Adam Hogan said...

Insert 'some' for 'a'.

move alpha said...

Eric - Is there any reason to be surprised by this? Just thinking about this from the armchair, I can't see why ethicists should be expected to behave any better than the rest of us. It's not even clear to me why they should be expected to make better first-order moral judgments; but even if they did, that wouldn't have any direct implications for their behavior. What am I missing here?

Eric Schwitzgebel said...

Adam: One advantage to pre-registering! Also, you could always come back and register later. I think evenings after the first day tend to be pretty clear. In 2006-2008, room information was published in the Proceedings, so there would be no need to pay immediately upon arrival if you were willing to go without the name badge for a bit. Further thought: Unless such excuses apply disproportionately to ethicists and non-ethicists, the overall conclusion should still hold.

Eric Schwitzgebel said...

Move Alpha: Convincing people that they *should* be surprised if ethicists behave no differently than non-ethicists seems to be a major task. A full-length paper on this will be coming in due course. In the meantime, you might reflect on the four models of the relationship between moral reflection and moral behavior that are outlined in Josh Rust's and my paper "The Self-Reported Moral Behavior of Ethicists" (available on my homepage).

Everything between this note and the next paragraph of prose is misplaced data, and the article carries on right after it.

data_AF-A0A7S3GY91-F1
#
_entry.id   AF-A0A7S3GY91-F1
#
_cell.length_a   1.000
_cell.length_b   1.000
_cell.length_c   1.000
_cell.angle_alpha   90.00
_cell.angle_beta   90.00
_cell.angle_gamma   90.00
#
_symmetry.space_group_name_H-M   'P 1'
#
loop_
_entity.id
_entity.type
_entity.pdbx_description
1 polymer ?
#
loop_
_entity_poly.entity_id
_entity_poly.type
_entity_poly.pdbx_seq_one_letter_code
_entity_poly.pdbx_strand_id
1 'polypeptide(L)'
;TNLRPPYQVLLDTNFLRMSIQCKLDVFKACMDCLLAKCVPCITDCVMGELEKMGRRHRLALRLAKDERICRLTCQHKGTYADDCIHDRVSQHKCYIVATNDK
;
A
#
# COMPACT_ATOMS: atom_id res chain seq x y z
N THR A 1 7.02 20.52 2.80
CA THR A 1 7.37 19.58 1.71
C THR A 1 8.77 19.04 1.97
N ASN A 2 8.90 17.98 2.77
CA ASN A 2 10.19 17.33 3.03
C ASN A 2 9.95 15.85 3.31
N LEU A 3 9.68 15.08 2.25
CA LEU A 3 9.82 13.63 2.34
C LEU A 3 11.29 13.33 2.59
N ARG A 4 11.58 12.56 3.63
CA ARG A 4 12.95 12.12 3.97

But: Even if the results surprise absolutely no one, it's still good science to have confirmatory data rather than just relaxing comfortably in armchair plausibility!

Anonymous said...

Quick question about confidentiality. It seems you were able to determine whether the presenter of any given talk paid his/her registration fees. And you were also able to see the titles of all of the talks, which allowed you to determine if the speakers were "ethicists" or "non-ethicists."

So what was to stop you from Googling those talk titles to find out who the speakers were, and then finding out if they paid their registration fees? Were there any measures in place to prevent this?

(I'm sure you didn't do this, but considering how easy it would have been I'm surprised that the Pacific Division and UC Riverside signed off on this methodology.)

Eric Schwitzgebel said...